Monday 2nd December 2019 brought with it the option to acquire rights for mixed-sex cohabiting couples. It has long been a concern for many that couples who cohabit (for whatever length of time) do not possess the same rights as married couples, even though living together as common law spouses. We know that common law marriages do not legally exist and so it has been a great cause of anxiety for those couples to find out, often on separation, or the death of their ‘other half’, that they do not have the same financial protection as a married couple.
Cohabitees (regardless of sex) do not have any additional rights over and above their contractual rights in terms of occupation so for example, if the house is owned solely by one party, their partner does not automatically have any right to occupy the property.
This is not the case if the couple decide to register Civil Partners, an option that has however until now only been available to same-sex couples, leaving mixed-sex couples, only one option: marriage.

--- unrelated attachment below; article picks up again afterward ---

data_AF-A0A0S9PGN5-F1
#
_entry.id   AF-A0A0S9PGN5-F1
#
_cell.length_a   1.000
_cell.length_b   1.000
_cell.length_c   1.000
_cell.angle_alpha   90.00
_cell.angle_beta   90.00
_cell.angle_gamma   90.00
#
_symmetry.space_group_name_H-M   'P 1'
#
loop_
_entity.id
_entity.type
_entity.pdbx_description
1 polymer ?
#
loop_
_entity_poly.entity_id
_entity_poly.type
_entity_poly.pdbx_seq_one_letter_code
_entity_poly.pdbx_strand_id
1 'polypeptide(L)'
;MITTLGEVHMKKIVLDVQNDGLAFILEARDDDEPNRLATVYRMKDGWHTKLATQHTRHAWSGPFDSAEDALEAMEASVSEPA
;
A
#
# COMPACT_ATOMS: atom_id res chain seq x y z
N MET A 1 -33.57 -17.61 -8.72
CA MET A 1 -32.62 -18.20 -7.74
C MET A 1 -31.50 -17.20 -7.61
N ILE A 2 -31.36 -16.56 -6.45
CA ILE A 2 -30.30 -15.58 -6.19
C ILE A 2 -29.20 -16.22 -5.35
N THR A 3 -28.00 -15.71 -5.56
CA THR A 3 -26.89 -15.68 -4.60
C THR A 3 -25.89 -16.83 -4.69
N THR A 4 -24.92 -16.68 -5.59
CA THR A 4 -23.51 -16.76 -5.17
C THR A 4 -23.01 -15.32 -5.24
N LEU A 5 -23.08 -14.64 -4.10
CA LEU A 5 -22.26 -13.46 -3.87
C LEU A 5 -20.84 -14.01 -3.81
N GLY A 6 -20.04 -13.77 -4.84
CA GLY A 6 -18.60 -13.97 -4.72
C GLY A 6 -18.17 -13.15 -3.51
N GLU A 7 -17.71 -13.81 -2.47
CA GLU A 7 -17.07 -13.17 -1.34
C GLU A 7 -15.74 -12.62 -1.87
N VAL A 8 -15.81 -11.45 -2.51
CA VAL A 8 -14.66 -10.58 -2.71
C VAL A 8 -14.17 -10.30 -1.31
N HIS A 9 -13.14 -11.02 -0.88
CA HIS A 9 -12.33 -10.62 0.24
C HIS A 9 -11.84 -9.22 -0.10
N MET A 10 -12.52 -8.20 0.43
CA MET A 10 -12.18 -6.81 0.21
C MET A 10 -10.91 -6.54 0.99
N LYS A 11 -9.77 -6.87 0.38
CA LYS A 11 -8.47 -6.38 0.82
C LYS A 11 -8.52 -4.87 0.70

This and similar issues have however now been addressed by the change in legislation which allows mixed-sex couples to register as Civil Partners. Just as with same-sex Civil Partners, mixed-sex Civil Partners will now acquire the same rights in respect of pensions, inheritance and property as married couples but without the need for a formal ‘marriage’ and the exchanging of vows. This welcome change in law demonstrates a more up to date approach to the living arrangements of millions of people.
Forming a Civil Partnership is a legal commitment and as such it is important to bear in mind how your finances and your partner’s rights in relation thereto may be affected by the formation of a Civil Partnership and to ensure you are each provided for in the event of a relationship breakdown.
If you are in any doubt as to how to register for a Civil Partnership, the effects of a Civil Partnership on your finances including the requirement for a Civil Partnership Agreement, or the breakdown of a Civil Partnership do not hesitate to contact one of our team of specialists for more information at email@example.com or 0116 262 8596.
We offer a fixed fee initial advice appointment for £102 (inc vat) taking away any uncertainty about the initial cost of consulting a solicitor.